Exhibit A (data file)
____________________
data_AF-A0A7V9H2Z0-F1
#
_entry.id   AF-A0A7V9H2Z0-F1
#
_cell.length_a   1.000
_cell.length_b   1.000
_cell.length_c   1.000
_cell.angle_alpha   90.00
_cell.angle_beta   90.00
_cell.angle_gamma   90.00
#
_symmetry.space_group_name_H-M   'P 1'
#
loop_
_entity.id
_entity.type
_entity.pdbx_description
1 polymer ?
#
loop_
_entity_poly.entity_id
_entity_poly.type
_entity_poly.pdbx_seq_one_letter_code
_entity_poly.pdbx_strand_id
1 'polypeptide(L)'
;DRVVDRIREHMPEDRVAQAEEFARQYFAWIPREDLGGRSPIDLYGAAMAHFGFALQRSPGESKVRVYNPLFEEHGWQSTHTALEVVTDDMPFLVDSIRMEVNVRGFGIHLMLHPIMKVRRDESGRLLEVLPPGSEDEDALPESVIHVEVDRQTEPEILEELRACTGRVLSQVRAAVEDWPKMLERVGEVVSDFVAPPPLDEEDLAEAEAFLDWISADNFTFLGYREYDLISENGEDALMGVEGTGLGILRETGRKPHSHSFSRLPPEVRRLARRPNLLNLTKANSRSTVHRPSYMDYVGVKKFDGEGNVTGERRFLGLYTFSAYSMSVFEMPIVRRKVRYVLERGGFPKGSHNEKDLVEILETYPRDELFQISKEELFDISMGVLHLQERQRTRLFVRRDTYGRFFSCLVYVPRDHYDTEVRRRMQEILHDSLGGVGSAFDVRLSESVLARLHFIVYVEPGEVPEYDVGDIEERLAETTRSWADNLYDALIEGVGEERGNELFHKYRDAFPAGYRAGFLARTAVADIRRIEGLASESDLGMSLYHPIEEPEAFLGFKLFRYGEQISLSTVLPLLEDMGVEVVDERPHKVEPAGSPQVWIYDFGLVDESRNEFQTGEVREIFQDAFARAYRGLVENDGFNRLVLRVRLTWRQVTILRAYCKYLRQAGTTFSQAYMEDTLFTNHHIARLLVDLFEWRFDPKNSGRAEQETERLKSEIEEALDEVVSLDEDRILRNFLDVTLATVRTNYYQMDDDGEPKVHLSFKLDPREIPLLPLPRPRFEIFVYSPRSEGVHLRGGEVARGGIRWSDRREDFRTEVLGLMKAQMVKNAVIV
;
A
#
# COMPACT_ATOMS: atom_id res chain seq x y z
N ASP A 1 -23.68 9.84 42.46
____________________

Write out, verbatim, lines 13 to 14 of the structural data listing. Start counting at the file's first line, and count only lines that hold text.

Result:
#
loop_